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Session Submission Type: Panel
Cities were the exception rather than the norm for human settlement before the modern era. Today, however, humans are increasingly concentrated in cities, with life in megacities (cities with populations of ten million or more) and densely populated metropolitan regions becoming the reality for billions worldwide. This densification, part of the broader accelerations wrought by the advent of the Anthropocene, has impacted urban areas’ relationship to water resources: the fluvial bodies that surround them as well as the way that water circulates through the city. As megacities emerged in the latter half of the twentieth century, planners and engineers struggled to provide adequate water to the expanding urban sphere. Within urban spaces, the reproduction of the city compounded inequalities that made access to water networks difficult if not virtually impossible for working-class, informal, or otherwise peripheral neighborhoods. This panel seeks to explore urban areas’ changing relationship to water in an era of accelerated urban growth. Presenting cases from Mexico City, São Paulo, and New York City, we analyze the social, political, and environmental trajectories of major water infrastructures and legislation with implications for an increasingly urbanized future.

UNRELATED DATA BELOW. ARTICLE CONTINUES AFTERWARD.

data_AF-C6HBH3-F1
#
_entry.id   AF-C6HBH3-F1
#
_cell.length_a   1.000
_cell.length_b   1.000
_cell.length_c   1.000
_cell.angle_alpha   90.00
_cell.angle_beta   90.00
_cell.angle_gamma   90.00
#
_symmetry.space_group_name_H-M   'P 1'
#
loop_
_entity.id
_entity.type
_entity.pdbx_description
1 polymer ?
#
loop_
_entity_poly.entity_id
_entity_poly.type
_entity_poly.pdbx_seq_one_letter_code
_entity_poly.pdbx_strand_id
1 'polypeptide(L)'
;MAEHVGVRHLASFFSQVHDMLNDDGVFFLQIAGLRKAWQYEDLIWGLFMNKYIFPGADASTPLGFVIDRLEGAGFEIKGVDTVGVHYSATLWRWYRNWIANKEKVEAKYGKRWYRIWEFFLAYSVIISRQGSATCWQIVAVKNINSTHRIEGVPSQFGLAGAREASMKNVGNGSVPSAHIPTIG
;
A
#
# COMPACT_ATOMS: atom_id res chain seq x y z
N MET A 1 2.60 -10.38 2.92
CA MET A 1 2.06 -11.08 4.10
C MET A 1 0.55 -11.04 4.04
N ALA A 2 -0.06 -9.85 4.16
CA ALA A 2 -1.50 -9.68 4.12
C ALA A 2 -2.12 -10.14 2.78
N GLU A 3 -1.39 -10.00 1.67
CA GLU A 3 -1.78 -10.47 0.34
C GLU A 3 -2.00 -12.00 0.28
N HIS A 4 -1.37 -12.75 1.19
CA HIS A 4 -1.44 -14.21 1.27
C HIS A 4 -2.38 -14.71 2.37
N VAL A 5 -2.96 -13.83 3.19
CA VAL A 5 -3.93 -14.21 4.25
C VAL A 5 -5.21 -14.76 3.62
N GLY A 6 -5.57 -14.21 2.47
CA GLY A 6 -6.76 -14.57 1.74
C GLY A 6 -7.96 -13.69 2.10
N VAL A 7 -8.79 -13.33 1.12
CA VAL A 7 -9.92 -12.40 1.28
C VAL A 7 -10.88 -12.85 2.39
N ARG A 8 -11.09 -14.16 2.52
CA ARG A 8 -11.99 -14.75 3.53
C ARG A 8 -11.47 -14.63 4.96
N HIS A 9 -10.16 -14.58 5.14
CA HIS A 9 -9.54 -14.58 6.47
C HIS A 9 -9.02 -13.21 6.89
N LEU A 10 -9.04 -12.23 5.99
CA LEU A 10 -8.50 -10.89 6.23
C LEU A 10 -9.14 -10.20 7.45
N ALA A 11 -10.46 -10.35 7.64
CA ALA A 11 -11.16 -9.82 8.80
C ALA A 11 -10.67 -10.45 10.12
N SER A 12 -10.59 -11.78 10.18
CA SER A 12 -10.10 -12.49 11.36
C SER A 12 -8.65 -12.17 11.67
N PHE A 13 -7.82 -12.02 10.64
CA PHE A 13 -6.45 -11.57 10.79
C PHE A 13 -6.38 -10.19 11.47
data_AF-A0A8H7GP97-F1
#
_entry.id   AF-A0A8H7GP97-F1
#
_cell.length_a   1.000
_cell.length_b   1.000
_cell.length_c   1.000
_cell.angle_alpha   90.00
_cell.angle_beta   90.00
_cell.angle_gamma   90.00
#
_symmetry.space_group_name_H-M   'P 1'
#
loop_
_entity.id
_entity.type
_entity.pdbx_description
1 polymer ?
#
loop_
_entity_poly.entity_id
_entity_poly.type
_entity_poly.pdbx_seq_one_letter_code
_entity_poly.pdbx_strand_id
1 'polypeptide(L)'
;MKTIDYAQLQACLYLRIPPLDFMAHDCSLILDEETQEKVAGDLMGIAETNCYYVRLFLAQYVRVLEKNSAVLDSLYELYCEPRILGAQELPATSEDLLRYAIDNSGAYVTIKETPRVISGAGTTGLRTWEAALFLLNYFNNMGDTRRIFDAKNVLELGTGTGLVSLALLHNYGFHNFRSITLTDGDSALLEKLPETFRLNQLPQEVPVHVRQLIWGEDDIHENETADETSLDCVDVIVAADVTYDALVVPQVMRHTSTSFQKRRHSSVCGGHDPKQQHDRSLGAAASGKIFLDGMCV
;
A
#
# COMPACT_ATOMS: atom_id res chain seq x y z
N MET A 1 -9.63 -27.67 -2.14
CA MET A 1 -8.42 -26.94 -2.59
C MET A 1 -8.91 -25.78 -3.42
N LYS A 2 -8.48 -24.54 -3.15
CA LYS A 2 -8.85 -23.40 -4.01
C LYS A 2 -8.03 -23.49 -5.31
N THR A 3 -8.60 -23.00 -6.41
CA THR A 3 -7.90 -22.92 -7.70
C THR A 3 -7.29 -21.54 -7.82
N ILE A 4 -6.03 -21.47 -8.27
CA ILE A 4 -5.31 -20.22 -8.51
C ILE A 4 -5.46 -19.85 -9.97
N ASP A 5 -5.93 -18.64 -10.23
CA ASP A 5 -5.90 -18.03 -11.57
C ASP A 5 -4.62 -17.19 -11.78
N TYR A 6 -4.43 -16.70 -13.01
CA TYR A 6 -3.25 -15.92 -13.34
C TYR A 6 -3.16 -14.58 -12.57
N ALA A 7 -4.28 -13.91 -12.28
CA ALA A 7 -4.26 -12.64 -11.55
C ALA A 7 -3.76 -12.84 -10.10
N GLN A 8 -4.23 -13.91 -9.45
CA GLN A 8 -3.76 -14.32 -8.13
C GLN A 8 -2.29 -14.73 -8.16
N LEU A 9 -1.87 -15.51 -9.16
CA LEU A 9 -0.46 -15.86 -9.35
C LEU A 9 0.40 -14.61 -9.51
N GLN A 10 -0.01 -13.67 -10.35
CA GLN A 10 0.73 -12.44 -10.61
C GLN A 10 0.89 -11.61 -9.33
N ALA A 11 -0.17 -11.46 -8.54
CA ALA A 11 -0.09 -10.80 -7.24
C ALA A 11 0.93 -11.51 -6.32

The Billings Reservoir: An Artificial Lake in the Anthropocene (São Paulo, 1925-1988) - Douglas Vaughan McRae, Georgetown University
Newtown Creek Reimagined: New York City’s Aquatic Discardscape in Historical Memory - Carl Zimring, Pratt Institute